A recent visit to York’s Illuminate Festival focused my attention towards the continuing ticket service fee debate which has been raging for a number of months resulting in comedians Dave Gorman, Jason Manford, and Sarah Millican all boycotting ATG theatres as a result of their ticket service charges.
My experience was a smaller affair but quickly illustrated how something can escalate and a reputation become damaged.
Every year at the end of October, the City of York lights up many of its buildings with various installations. This year one of the showcase pieces was entitled The Storyteller, a 15 minute outdoor light show performed at regular intervals between 6pm to 10pm nightly over four days.
Tickets for this event could only be purchased from York Theatre Royal’s box office and no other ticketing outlet. The price was £3 per person plus a £1 booking fee applied by the theatre for its ticketing services. At first glance you may think “well it’s only £1″; however, looking at this in context, the service fee was a third of the ticket price. This alongside the fact that over a 1000 people a night could attend this event (with the majority of customers booking in person at the box office on the night where this charge was being applied to each booking) then those service fees amount to a significant sum.
The production was not produced by York Theatre Royal. However, it was interesting to observe the patrons – purchasing tickets and questioning the box office about this applied service fee and briskly told by a box office assistant “that’s just the way it is” and “the same for all events”.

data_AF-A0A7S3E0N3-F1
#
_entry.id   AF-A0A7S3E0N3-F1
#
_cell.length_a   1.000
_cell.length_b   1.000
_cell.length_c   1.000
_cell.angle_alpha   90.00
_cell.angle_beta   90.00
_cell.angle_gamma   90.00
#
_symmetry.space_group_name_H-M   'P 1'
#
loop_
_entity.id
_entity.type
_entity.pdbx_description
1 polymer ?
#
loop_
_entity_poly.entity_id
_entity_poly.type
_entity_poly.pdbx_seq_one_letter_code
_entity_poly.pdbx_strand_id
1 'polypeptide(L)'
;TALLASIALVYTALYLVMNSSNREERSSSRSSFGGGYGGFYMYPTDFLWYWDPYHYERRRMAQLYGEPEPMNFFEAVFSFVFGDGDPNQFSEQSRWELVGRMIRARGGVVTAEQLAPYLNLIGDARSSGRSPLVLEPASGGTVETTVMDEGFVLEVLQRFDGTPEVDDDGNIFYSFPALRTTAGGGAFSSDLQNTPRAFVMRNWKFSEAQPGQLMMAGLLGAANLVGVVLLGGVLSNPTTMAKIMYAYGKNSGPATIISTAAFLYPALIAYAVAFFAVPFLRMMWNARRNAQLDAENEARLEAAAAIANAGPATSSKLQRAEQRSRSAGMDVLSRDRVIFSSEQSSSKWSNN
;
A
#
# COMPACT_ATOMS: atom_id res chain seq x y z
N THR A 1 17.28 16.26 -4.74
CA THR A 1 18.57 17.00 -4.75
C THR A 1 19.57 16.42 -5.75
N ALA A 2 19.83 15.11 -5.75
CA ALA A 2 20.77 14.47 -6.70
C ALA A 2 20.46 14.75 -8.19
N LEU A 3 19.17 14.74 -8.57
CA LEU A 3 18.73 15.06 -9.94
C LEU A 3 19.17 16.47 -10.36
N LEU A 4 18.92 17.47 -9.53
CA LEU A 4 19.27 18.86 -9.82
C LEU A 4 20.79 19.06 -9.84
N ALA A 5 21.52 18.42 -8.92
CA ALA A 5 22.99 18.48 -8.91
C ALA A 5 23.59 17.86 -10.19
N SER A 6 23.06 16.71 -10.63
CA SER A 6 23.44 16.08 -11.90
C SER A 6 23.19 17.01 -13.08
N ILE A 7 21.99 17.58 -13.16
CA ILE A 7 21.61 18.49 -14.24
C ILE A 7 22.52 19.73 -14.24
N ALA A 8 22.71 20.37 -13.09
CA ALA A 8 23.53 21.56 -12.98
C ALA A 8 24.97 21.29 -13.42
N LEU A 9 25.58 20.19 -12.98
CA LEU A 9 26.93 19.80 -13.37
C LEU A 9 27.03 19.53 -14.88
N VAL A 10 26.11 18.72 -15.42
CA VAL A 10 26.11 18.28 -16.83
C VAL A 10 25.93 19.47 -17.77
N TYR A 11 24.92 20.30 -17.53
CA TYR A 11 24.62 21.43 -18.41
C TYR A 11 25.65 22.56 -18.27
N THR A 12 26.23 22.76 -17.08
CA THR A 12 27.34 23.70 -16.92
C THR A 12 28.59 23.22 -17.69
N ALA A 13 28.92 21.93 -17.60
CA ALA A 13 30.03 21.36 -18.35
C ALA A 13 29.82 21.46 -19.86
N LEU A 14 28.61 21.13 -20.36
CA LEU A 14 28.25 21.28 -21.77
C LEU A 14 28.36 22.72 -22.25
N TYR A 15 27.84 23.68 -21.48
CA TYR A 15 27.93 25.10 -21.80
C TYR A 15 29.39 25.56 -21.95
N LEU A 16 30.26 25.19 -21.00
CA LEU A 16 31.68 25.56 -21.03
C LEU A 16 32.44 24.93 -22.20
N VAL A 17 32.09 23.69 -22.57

I wondered why they just did not make it £4 a ticket, because the £1 additional service charge saw a line of customers leave feeling ripped off in an appalling example of ill-thought and potentially long-term damaging customer care by the theatre’s box office.
I have produced at York Theatre Royal and know it to be a terrific theatre, but for many visitors they were walking into this theatre for the first time and leaving disgruntled with the wrong impression of it.
ATG has keenly pointed out in defending its ticketing charges that customers booking in person do not incur any booking fee. I believe that no one would unnecessarily begrudge a small fee to a theatre if these funds go towards restoration or certain aspects of reasonable administration costs in the process of ticketing, but how this is conveyed to the customer is vital. The box office is the first point of contact for the patron and for many the only direct contact they will have with a member or representative of the theatre. How they are treated and the value of the experience will resonates on whether they choose to come back.
Despite these headline comedians boycotting certain theatres, there will be audiences willing to pay to see them. But where ticket service charges are important to consider carefully is when you want a patron to take a chance on booking a new or perhaps less mainstream piece of work alongside the familiar. If they are faced with large additional ticketing charges, their own theatregoing may become infrequent. That is concerning for everyone but particularly for our industry’s own future especially in its regional houses where patrons may have once booked a mix of shows across a season.
Suddenly with all this in mind even a £1 service fee can appear irrevocably damaging if conveyed in the wrong context for any theatre’s own profile and reputation.